Reconstruction of chronic thumb metacarpophalangeal radial collateral ligament injuries with free tendon grafts
Department of Orthopedics and Traumatology, Haydarpaşa Numune Training and Research Hospital, Istanbul, Turkey
Keywords: Chronic, graft, metacarpophalangeal joint, radial collateral ligament, tendon, thumb, traumatic
Objectives: This study aims to review our reconstruction method to treat chronic grade 3 thumb metacarpophalangeal (MP) joint radial collateral ligament (RCL) tears using free tendon grafts.
Patients and methods: Thirteen male patients (mean age 41 years; range, 20 to 67 years) who received a free tendon graft to treat chronic grade 3 thumb MP joint RCL injury between May 2016 and July 2018 were evaluated prospectively. Patients with incomplete bone maturation (n=1), those who had additional injuries in the same extremity (n=1), and those who had previously undergone surgery on the same extremity (n=1) were excluded. The Disabilities of the Arm, Shoulder and Hand (DASH) questionnaire was used for functional evaluation and the visual analog scale (VAS) was also used for pain evaluation.
Results: The decrease in DASH (p=0.008) and VAS (p=0.03) scores and the increase in grip (p=0.031) and pinch strength (p=0.006) between the preoperative and final follow-up values were statistically significant. No ulnar deviation was observed in X-rays at the final examination, nor was MP joint radial instability observed under ulnar stress during clinical examinations. In two patients, 1 and 1.5 mm palmar subluxation was observed at final examination. The other 11 patients had no palmar subluxation at final examination.
Conclusion: Although ours is a more complicated method compared to other reconstruction approaches, we think that it is a suitable alternative for achieving joint stability and good functional results.
Radial collateral ligament (RCL) injuries account for 10-40% of collateral ligament injuries of the thumb metacarpophalangeal (MP) joint. In acute tears, immobilization with plaster or splint is recommended. Complete tears are classified as grade 3 and denote a complete ligament tear with an absence of a solid end point on stress testing. In chronic grade 3 RCL injuries, a dorsoradial prominence occurs in the MP joint, resulting in weakness and pain during activity; the recent literature supports surgical treatment for this type of injury. There are many surgical treatment options for chronic tears, including RCL soft tissue advancement, reconstruction with the abductor pollicis brevis (APB), and free tendon grafts.[3-5] In this study, we aimed to review our reconstruction method to treat chronic grade 3 thumb MP joint RCL tears using free tendon grafts.
Patients and Methods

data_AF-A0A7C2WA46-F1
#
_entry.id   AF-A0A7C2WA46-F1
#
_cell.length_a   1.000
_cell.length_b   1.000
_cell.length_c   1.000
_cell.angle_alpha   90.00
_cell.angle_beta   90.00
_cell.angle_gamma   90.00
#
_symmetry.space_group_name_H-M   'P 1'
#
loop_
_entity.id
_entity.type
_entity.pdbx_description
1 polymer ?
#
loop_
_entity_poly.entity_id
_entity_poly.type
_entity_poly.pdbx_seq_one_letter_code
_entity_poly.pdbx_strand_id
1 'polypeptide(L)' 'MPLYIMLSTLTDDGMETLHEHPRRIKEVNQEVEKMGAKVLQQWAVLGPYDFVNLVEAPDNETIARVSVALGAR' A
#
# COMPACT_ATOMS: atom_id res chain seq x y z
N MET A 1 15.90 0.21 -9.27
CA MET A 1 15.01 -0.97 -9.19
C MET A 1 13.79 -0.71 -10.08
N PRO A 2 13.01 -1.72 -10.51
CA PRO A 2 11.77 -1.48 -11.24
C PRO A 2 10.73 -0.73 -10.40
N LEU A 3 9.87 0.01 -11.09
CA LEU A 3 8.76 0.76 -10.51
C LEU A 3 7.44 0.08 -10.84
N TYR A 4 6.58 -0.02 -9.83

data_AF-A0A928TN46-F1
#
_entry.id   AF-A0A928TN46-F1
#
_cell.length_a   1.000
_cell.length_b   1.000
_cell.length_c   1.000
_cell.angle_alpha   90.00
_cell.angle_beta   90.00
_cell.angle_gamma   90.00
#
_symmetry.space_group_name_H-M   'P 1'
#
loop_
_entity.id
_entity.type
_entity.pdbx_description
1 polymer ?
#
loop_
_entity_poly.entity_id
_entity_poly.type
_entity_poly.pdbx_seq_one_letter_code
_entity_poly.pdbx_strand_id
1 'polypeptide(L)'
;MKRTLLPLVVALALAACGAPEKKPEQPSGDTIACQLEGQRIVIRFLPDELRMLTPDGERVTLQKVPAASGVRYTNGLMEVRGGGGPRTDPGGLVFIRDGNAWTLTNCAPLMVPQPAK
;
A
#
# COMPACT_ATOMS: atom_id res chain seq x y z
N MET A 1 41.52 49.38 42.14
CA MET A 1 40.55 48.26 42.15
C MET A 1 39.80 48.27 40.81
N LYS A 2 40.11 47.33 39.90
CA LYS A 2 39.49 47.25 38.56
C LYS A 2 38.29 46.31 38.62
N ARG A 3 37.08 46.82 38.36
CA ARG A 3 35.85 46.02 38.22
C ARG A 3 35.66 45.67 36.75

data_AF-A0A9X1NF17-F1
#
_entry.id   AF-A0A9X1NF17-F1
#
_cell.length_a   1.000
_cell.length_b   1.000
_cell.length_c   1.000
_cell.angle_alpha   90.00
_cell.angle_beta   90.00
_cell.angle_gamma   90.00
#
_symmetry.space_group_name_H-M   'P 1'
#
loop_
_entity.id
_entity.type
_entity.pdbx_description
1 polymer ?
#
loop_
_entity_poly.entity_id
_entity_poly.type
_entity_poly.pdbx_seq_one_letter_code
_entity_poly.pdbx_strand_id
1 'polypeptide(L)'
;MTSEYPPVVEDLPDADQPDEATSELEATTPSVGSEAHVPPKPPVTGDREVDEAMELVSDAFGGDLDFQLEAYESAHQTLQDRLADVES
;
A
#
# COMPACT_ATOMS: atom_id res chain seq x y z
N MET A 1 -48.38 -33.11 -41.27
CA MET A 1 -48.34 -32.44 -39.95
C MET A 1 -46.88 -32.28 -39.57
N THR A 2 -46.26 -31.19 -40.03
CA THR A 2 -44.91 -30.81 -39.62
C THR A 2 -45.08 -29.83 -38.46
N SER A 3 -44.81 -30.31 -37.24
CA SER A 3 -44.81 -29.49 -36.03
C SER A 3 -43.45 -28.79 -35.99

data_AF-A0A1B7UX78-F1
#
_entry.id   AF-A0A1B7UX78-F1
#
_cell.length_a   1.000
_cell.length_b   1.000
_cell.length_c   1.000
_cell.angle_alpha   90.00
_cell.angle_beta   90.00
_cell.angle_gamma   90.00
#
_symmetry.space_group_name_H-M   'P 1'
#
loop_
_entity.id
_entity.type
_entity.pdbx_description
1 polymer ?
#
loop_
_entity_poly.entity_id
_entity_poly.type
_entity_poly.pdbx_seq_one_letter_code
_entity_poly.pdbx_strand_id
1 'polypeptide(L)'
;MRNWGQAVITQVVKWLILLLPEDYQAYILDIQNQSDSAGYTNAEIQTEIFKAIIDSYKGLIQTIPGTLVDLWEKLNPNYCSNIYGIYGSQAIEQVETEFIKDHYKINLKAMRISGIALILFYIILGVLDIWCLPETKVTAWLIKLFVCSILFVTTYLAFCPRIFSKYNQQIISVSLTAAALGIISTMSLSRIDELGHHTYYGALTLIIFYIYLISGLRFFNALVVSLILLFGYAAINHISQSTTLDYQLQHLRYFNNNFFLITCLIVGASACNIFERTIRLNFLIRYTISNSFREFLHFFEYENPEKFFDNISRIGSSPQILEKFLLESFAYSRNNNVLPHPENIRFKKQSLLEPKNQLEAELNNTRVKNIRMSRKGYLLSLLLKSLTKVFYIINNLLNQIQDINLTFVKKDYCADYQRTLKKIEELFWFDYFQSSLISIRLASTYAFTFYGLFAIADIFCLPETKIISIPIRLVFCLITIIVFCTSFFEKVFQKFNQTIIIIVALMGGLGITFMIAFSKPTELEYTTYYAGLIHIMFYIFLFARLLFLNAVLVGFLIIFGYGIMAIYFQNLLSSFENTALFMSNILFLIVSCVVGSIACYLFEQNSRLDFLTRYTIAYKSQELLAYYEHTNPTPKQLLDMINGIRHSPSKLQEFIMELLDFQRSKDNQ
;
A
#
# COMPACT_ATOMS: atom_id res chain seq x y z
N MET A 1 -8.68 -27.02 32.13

This study was conducted at Haydarpaşa Numune Training and Research Hospital between May 2016 and July 2018. Adult patients who received a free tendon graft to treat chronic grade 3 thumb MP joint RCL injury were evaluated prospectively. Patients with incomplete bone maturation (n=1), those who had additional injuries in the same extremity (n=1), and those who had previously undergone surgery on the same extremity (n=1) were excluded. The study protocol was approved by the Haydarpaşa Numune Training and Research Hospital Ethics Committee (No: 2016/79). A written informed consent was obtained from each patient. The study was conducted in accordance with the principles of the Declaration of Helsinki.
During the study period, all chronic grade 3 thumb RCL injuries were operated with the same technique. One patient was lost during the follow-up period, and a total of 13 male patients (mean age 41 years; range, 20 to 67 years) were included in the study. All patients presented with pain in the MP joint when grasping objects and a dorsoradial prominence. Nine of the patients underwent splint treatment for three-six weeks, while the other four patients had no treatment. When ulnar stress was applied to the MP joint at a flexion of 30°, the presence of instability of more than 30° or 15° from the contralateral side and not arriving at an endpoint were classified as radial instability. In preoperative lateral X-rays of MP joint, volar displacement of the proximal phalanx by more than 3 mm relative to the metacarpal was classified as palmar subluxation. All patients in the study had palmar subluxation (mean percentage of palmar subluxation: 32.3%; standard deviation [SD]: 3.2; range, 28 to 38) and radial instability. There was no evidence of MP joint osteoarthritis in the preoperative radiographs. All patients were operated on by the senior author under general or axillary block anesthesia. Our surgical technique is a mirror image of that of Glickel.